Newton's Third Law of Motion
From DEP-SSA WiKi
Sir Isaac Newton
Born: December 25, 1642 in Lincolnshire, England
Died: March 31, 1727 in Kensington, London
Sir Isaac Newton was one of the greatest and most influential English mathematicians and scientists of his time. He laid the foundation for differential and integral calculus. His work on optics and gravitation made him one of the greatest scientists in the world. His three laws of motion helped advance the study of classical mechanics as we know of it today.
Isaac Newton propounded the three laws of motion. His third law of motion deals with actions and reactions.
The Objectives of this module are to enable the teachers to :-
- improve their instructional design.
- apply constructivist approach in designing lessons on science.
- inculcate an insight on common pitfalls in comprehension of the significance of Newton's Third Law of Motion in Our Day-to-Day experiences
Let us consider the following events:
- A magnet and a piece of iron of a different mass than that of the magnet, are placed in a short distance apart over a relatively smooth surface where these bodies are free to move. What do we observe when these bodies are let free to move?
- Sitting over skateboard, placed over a smooth surface, a football is thrown in the forward direction. What is observed the moment it is thrown?
- An air pistol is fired at an inflated balloon target. What is felt in our hand the moment the trigger is pulled?
Let's watch these simple but elegant clippings to illustrate a fundamental phenomenon:
Can we identify any commonality among the occurrences? We can see that in each of the above cases two bodies are involved in the course of actions that follow. Further, both these bodies are involved in simultaneous activities - albeit in different external manifest. Keeping these in view - and pondering over them as well - we move on to our next discussion.
Concept of Force
We all know what a force is, don't we?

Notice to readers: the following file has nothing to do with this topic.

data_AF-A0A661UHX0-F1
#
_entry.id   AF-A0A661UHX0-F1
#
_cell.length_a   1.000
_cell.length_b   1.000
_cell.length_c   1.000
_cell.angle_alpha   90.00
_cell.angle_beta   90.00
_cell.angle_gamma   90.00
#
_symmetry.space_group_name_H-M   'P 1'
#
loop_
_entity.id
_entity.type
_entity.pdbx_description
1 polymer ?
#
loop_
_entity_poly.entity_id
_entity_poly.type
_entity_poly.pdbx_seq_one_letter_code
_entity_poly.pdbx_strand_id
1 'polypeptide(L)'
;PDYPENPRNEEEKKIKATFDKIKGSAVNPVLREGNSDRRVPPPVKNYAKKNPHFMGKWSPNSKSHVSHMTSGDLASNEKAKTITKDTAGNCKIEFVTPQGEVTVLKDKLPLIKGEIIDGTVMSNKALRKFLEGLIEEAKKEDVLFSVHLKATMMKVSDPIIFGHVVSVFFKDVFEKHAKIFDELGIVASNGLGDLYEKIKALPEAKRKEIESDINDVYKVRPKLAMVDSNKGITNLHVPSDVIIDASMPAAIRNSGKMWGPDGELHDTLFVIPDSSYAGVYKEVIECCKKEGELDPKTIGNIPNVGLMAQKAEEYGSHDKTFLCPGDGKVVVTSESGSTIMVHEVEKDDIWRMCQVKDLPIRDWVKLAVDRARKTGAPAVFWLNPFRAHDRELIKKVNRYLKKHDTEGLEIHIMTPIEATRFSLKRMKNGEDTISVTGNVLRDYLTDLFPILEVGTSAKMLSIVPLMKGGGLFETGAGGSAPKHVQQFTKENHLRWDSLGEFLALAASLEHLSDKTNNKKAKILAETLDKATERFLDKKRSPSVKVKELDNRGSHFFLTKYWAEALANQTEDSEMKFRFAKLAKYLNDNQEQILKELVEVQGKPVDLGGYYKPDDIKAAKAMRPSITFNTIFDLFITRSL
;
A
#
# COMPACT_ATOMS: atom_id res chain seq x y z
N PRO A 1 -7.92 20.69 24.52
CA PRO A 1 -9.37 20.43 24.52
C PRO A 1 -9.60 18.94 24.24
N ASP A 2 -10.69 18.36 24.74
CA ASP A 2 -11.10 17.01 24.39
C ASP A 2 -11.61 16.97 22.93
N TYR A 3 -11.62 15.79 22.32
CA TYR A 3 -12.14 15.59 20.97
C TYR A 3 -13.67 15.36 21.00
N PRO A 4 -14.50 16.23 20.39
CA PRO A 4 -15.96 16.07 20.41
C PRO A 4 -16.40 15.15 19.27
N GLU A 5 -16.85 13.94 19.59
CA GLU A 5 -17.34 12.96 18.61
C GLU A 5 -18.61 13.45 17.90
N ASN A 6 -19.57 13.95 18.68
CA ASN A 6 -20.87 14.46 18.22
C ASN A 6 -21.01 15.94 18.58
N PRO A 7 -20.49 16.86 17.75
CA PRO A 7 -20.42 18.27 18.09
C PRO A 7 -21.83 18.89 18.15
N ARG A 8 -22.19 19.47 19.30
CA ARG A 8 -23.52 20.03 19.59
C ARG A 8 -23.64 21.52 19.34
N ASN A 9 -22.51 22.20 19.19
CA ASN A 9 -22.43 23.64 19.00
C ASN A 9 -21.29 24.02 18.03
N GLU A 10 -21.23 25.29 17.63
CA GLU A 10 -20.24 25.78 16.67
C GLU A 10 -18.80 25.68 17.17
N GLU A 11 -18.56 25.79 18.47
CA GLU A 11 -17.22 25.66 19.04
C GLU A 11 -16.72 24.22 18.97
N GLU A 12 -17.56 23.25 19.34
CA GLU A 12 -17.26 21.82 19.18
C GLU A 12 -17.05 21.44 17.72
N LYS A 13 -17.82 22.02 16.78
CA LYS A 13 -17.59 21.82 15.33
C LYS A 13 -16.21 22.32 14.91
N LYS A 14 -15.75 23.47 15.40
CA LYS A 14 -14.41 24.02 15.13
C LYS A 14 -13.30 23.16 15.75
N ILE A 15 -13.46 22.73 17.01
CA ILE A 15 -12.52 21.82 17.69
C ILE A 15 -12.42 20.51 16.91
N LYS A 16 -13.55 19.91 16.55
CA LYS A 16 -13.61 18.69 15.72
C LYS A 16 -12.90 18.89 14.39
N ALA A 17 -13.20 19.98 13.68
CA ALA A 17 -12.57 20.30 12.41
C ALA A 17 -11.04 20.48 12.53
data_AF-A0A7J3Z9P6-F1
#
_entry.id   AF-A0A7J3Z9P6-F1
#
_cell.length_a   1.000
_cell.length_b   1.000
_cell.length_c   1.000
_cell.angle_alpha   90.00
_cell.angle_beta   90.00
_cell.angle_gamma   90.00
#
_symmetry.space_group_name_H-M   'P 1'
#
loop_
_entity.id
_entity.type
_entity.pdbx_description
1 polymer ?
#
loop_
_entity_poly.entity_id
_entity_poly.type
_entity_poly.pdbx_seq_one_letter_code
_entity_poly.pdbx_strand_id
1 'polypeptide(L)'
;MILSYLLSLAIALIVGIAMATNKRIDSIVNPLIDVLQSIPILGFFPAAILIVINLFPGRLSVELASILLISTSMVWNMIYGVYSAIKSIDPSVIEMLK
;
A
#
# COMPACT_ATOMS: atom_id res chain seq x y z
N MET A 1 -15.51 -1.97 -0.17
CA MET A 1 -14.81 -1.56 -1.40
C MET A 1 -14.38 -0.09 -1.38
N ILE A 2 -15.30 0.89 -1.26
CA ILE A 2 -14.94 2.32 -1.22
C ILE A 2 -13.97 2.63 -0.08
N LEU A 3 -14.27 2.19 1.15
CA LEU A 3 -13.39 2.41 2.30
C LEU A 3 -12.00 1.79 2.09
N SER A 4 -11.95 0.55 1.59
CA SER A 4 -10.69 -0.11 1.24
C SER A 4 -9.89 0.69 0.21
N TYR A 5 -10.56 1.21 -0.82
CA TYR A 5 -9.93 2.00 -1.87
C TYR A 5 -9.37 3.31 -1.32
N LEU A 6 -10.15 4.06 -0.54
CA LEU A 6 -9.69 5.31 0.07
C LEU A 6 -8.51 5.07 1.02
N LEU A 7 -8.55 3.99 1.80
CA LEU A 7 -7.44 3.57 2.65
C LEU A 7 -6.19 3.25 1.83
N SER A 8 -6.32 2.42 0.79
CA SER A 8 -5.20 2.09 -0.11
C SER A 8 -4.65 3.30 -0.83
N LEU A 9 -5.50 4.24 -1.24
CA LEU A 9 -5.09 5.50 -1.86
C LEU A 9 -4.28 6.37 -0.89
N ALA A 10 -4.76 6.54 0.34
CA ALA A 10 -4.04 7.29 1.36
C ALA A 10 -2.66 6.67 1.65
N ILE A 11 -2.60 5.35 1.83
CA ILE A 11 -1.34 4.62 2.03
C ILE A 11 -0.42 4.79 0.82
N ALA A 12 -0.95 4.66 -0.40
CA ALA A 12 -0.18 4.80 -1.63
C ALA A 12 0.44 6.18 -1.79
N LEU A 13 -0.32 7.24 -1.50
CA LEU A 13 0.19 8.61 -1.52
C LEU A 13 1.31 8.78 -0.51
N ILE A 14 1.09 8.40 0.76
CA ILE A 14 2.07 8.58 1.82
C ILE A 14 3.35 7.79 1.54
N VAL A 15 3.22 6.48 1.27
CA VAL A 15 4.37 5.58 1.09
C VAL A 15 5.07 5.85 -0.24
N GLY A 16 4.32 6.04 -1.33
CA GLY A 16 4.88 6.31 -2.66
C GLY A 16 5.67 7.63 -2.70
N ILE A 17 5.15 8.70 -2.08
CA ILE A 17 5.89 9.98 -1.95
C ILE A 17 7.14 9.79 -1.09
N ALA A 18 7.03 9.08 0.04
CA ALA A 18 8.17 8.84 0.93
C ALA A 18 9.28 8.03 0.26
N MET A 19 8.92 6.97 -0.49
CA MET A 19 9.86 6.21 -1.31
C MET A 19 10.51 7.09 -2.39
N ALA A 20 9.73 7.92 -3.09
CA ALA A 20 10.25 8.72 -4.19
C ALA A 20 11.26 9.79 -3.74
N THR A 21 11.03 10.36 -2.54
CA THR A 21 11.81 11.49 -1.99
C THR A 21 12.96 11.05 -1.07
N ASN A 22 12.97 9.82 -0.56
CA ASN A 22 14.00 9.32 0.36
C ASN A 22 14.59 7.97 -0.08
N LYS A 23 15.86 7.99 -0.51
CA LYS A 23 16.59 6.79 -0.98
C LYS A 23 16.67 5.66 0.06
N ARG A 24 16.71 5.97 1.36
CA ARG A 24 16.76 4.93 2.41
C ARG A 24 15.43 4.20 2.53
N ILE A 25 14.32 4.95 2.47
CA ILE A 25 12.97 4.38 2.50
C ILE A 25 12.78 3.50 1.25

Force is an agent which changes, or tends to change the state of rest or of uniform motion of a particle in a straight line.
With this definition in mind, can we identify a few forces whose effect we see naturally around us?
Newton's Third Law of Motion
Perhaps we are all familiar with the wordings for Newton's third law:
For every action there is an equal and opposite reaction.
This statement is fairly well known to us, but there is a difference between memorizing the words and really understanding what they mean. These words are to be truly understood in all their perspectives.
We all know that Earth orbits the Sun because a gravitational force acts between them, so try this question. Which is greater the gravitational force of the Sun on Earth - or - the gravitational force of Earth on the Sun? If you thought they were exactly the same, congratulations. If not, let us look at this question using Newton's third law.
The action and reaction in Newton's third law are forces. Every force in nature comes in a pair, so to say. The Sun's gravitational force acting on Earth is an action. The reaction is the Earth's gravitational force acting on the Sun. Earth's gravitational force on the Sun and the Sun's gravitational force on Earth are an action-reaction pair and exactly equal in magnitude.
We may view the occurrences in the video clips below:
Can we organise some such simple yet elegant activities for the learners?
- A Common Pit of Misconception ...
A pair composes of two - so an action-reaction pair here implies two forces. If the Sun acts on Earth, the reaction is Earth acting on the Sun with an exactly equal but opposite force.